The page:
Derechos, or fierce windstorms, are becoming regulars in the Midwest
STEVE INSKEEP, HOST:
The winter storm of recent days was worse than usual in many places. But, of course, severe cold and severe weather are common in the Midwest and on the Plains. One year ago this month, the fierce winds of a derecho were part of storms that hit Iowa and nearby states, killing at least five people and leaving devasted neighborhoods. Now scientists are working to figure out what future derechos might look like. Iowa Public Radio's Katie Peikes reports.
KATIE PEIKES, BYLINE: December 15, 2021, was an unseasonably warm day - record highs in the 70s in some parts of Iowa - when a derecho blew through. The widespread, long-lived windstorm hit Matt Thompson's seed-and-fertilizer-application business more than 70 miles northwest of Des Moines.
MATT THOMPSON: There was a building there. You can see the pad still sitting there, the gravel. That's where one of the buildings was.
PEIKES: Lost Grove Ag Services lost five of its six buildings. Thompson recalls getting to the business early the next morning to survey the damage.
THOMPSON: And when the sun came up, it was - we didn't know what we were going to do. It was pretty devastating to see. It was unbelievable. I'll never forget that.
PEIKES: This derecho was unique, the first recorded in December anywhere in the U.S. Wind gusts exceeded 80 miles per hour. The straight-line winds and tornadoes that accompanied left nearly $2 billion in damage stretching from Kansas to Michigan. Iowa, in particular, has been caught in the crosshairs of derechos over the last couple of years. Bill Gallus is a meteorology professor at Iowa State University. He says derechos thrive on warm, humid air in the atmosphere's lower levels, creating thunderstorms, something the Midwest often has.
BILL GALLUS: Those thunderstorms are able to tap into very strong winds happening higher up in the atmosphere, even up toward the jet stream, so that they can bring those strong winds down to the ground. That is what happened in the recent December 2021 derecho in the Midwest.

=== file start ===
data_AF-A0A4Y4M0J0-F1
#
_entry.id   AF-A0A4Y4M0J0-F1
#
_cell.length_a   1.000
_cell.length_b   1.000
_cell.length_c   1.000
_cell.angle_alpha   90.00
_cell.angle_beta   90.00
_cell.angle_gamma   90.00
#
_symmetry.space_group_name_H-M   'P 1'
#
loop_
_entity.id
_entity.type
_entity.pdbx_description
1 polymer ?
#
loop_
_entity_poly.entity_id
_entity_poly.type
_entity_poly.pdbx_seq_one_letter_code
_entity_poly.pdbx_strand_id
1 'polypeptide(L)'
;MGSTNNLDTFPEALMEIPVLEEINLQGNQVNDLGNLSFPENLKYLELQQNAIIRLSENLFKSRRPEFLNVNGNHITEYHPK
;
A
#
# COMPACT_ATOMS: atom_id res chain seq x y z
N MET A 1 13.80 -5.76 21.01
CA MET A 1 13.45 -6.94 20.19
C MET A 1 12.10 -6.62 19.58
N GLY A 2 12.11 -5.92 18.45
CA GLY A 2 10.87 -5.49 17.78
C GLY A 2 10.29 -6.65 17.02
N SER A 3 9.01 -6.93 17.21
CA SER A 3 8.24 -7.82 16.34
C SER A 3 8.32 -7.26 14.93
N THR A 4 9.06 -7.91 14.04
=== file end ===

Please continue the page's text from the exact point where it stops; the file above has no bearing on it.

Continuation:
PEIKES: There isn't a lot of research on derechos, so scientists say it's hard to know how they'll fare in a warming earth. Gallus says there's more energy in the atmosphere as it warms, and that could pave the way for more powerful and more frequent derechos. But scientists can't say for sure. And some attribute the uncertainty to the fact that there's no official database for derechos like there is for hurricanes or tornadoes where they can look for historic trends. That's something the National Weather Service is working on. Meteorologist Matthew Elliott says derechos have no formal definition.
MATTHEW ELLIOTT: When you hear the word derecho, it's got to trigger something. It's got to trigger that this is the worst windstorm that I'm going to see.
PEIKES: Once they have a label and better data, Elliott says it'll make forecasting derechos easier and will give people more warning to get to safety. The National Weather Service has improved the alert system. That's after a highly destructive derecho hit the Midwest back in August 2020, killing four people. Now when a severe thunderstorm warning is issued with strong winds of at least 80 miles per hour, people get an alert on their phones. But Walker Ashley, a disaster geographer at Northern Illinois University, says more should be done with urban planning and building codes.
WALKER ASHLEY: We build at the bare minimum standards in this country. And that has all sorts of consequences from heating costs to damage within extreme damaging wind events.
PEIKES: After all, Ashley says as cities grow and sprawl out, they're putting more people in harm's way of extreme weather like derechos. For NPR News, I'm Katie Peikes in Ames, Iowa.
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